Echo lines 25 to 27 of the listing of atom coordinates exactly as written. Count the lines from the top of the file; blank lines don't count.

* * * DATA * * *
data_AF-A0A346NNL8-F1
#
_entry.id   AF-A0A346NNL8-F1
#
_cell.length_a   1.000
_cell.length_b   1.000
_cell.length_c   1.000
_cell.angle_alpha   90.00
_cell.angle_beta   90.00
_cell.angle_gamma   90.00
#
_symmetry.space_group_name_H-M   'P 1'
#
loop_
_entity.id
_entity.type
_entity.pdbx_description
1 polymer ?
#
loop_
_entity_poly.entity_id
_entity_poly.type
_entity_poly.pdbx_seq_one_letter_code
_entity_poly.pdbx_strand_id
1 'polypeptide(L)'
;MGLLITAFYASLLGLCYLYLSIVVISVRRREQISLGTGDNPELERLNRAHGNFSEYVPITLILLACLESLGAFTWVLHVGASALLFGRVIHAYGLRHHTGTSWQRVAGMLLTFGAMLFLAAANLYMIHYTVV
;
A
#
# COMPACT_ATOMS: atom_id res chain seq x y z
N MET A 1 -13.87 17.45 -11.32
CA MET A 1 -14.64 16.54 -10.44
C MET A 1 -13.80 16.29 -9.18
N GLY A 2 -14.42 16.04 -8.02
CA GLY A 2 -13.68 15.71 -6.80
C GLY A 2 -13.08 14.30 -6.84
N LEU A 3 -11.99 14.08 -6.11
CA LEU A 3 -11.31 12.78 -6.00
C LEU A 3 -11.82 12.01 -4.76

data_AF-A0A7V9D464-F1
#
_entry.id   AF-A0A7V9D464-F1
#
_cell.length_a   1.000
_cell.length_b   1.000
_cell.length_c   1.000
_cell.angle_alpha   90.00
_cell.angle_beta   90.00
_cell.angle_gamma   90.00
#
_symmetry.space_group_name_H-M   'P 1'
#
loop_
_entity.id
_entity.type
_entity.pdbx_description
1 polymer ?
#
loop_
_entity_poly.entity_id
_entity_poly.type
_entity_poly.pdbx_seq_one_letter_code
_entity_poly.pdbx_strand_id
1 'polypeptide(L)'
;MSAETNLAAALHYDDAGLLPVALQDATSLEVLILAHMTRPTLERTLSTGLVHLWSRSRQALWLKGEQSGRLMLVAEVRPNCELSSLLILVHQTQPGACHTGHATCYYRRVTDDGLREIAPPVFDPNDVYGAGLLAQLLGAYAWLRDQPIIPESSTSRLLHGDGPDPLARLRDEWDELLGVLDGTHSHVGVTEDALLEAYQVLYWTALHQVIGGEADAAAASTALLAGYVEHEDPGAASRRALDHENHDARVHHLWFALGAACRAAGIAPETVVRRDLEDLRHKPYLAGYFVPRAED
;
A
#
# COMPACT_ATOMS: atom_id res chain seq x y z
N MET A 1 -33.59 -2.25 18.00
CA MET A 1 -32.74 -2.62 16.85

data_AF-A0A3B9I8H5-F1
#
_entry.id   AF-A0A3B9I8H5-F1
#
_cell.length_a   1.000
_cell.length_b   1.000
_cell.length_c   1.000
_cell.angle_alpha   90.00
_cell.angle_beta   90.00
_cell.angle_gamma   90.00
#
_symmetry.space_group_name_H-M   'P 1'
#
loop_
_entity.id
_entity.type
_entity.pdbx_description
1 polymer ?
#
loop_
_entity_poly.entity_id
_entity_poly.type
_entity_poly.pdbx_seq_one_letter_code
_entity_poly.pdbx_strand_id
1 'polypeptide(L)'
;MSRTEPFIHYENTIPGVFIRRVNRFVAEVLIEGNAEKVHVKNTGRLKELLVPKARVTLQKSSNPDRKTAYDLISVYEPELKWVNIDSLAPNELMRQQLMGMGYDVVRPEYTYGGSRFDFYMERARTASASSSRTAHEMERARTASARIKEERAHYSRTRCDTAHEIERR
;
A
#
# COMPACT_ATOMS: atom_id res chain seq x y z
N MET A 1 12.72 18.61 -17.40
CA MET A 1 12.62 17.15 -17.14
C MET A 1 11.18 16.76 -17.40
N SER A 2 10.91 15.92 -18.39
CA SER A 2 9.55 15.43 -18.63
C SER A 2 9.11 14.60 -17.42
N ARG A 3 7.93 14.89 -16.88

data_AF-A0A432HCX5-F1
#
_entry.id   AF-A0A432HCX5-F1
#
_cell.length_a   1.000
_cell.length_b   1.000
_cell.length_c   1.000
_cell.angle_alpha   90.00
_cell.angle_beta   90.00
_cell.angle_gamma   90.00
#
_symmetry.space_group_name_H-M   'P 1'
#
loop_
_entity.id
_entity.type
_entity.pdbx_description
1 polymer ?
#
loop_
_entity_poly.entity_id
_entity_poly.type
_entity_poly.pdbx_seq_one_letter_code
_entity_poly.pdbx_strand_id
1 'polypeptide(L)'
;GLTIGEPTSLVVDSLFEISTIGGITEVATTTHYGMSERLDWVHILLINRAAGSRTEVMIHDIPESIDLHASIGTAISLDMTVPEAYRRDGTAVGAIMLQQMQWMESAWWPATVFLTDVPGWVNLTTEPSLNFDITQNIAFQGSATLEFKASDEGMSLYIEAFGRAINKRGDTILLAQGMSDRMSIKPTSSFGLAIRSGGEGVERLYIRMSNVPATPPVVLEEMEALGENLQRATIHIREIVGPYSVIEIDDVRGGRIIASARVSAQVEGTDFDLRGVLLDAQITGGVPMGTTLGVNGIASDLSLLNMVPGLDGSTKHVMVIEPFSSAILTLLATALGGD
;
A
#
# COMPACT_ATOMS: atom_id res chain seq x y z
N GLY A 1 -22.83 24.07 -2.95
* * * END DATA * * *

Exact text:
1 'polypeptide(L)'
;MGLLITAFYASLLGLCYLYLSIVVISVRRREQISLGTGDNPELERLNRAHGNFSEYVPITLILLACLESLGAFTWVLHVGASALLFGRVIHAYGLRHHTGTSWQRVAGMLLTFGAMLFLAAANLYMIHYTVV
;